Myocarditis, or an inflammation of the heart muscle or myocardium is characterized by a number of infectious or non-infectious etiologies, but most commonly is the result of viral infections that include Chagas’ disease, a tropical parasite, enterovirus such as D68, a fast spreading virus related to hand-foot-mouth disease, adenovirus, commonly infecting the eyes, lungs, intestines and urinary tract, and parvovirus, another infectious intestinal virus. Other viruses have been implicated, such as hepatitis C, herpes simplex and cytomagalo virus. Bacterial and fungal infections are also possible causes.


The exact incidence of myocarditis is not clearly known since the clinical presentation varies considerably and the diagnosis can be difficult, but post mortem studies indicate that up to one in eight cases of sudden death in children are due to myocarditis.


Myocarditis is not an easy diagnosis to make, since it mimics many other conditions. Patients may be asymptomatic, they may only present transient ECG abnormalities or they may present cariogenic shock, cardiovascular collapse and even sudden death. ECG changes include T wave inversion, low QRS voltage, and non-specific ST segment changes. For the echocardiographer, look for pulmonary hypertension, reduced ejection fraction, reduced cardiac performance, wall motion abnormalities, cardiomegaly and particularly, pericardial effusion. Also important is to look for diastolic dysfunction, both left and right ventricular. Blood testing and radiology exams are not that helpful in this diagnosis.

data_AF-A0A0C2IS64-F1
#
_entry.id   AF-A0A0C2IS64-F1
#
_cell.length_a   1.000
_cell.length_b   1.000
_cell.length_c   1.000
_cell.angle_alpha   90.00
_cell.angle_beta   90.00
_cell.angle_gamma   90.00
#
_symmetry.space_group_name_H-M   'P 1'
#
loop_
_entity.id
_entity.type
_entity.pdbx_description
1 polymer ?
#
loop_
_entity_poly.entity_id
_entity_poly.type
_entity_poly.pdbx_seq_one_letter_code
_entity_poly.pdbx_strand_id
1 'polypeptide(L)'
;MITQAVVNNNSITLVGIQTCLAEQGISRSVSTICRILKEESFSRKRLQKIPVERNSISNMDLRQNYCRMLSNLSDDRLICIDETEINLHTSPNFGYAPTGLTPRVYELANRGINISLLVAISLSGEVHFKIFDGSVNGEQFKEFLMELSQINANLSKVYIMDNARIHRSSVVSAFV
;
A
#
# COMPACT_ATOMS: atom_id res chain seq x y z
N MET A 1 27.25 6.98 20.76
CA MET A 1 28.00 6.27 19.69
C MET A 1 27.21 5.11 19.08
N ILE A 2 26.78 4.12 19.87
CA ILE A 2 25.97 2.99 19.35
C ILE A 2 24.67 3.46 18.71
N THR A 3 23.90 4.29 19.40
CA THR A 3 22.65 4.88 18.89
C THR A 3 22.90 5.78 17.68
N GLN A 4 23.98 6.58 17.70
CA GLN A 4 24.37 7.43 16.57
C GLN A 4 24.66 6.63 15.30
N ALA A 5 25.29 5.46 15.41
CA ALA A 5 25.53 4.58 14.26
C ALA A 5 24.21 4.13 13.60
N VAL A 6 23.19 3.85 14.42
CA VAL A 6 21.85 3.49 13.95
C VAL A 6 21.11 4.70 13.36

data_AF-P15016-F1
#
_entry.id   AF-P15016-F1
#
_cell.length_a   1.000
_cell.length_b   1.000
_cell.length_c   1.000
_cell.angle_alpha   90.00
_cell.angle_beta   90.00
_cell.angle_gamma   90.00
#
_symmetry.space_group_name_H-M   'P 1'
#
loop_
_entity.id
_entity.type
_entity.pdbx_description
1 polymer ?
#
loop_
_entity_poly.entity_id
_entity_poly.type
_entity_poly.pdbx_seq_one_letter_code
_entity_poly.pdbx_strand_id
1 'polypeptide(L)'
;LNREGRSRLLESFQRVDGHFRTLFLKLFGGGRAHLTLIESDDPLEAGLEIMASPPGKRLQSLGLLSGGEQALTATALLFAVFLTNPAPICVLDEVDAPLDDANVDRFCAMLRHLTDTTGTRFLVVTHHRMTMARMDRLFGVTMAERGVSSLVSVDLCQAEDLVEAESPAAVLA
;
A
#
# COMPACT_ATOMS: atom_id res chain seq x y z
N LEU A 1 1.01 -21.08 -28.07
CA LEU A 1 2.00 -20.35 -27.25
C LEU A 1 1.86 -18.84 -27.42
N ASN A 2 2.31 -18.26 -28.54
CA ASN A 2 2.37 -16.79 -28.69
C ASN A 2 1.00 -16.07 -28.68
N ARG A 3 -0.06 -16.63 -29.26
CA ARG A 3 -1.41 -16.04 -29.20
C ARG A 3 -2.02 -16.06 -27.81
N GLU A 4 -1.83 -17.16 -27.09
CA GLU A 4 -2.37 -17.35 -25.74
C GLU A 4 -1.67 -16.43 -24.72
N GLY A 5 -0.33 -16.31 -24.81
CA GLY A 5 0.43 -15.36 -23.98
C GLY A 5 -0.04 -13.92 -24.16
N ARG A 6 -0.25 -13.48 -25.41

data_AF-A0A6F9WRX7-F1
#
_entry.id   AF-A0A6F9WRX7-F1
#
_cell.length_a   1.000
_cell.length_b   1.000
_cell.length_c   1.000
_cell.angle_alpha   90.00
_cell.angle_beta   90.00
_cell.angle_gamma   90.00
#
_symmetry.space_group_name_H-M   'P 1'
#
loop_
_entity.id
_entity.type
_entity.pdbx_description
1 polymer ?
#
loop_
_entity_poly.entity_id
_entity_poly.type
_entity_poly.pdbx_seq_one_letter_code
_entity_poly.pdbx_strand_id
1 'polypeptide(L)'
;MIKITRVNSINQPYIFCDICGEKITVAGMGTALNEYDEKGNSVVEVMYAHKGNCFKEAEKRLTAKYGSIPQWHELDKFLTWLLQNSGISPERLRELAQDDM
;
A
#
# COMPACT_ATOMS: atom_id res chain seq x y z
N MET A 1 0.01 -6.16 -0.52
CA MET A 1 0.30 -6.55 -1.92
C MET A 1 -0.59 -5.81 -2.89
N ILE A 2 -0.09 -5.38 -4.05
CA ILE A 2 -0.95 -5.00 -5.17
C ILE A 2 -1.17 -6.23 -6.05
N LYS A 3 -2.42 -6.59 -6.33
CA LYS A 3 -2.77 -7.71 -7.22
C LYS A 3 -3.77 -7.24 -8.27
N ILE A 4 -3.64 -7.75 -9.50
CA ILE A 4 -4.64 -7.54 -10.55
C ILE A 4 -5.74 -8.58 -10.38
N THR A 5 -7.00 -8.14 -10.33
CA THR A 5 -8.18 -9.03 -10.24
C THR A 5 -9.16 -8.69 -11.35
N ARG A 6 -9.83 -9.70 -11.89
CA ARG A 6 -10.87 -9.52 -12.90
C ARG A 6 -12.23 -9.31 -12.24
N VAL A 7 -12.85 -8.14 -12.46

Treatment involves afterload (the amount of force required by the myocardium in order to eject blood out of the ventricle) reduction, diuretics and vasodilators in order to reduce demand on the heart muscle.


Ken Heiden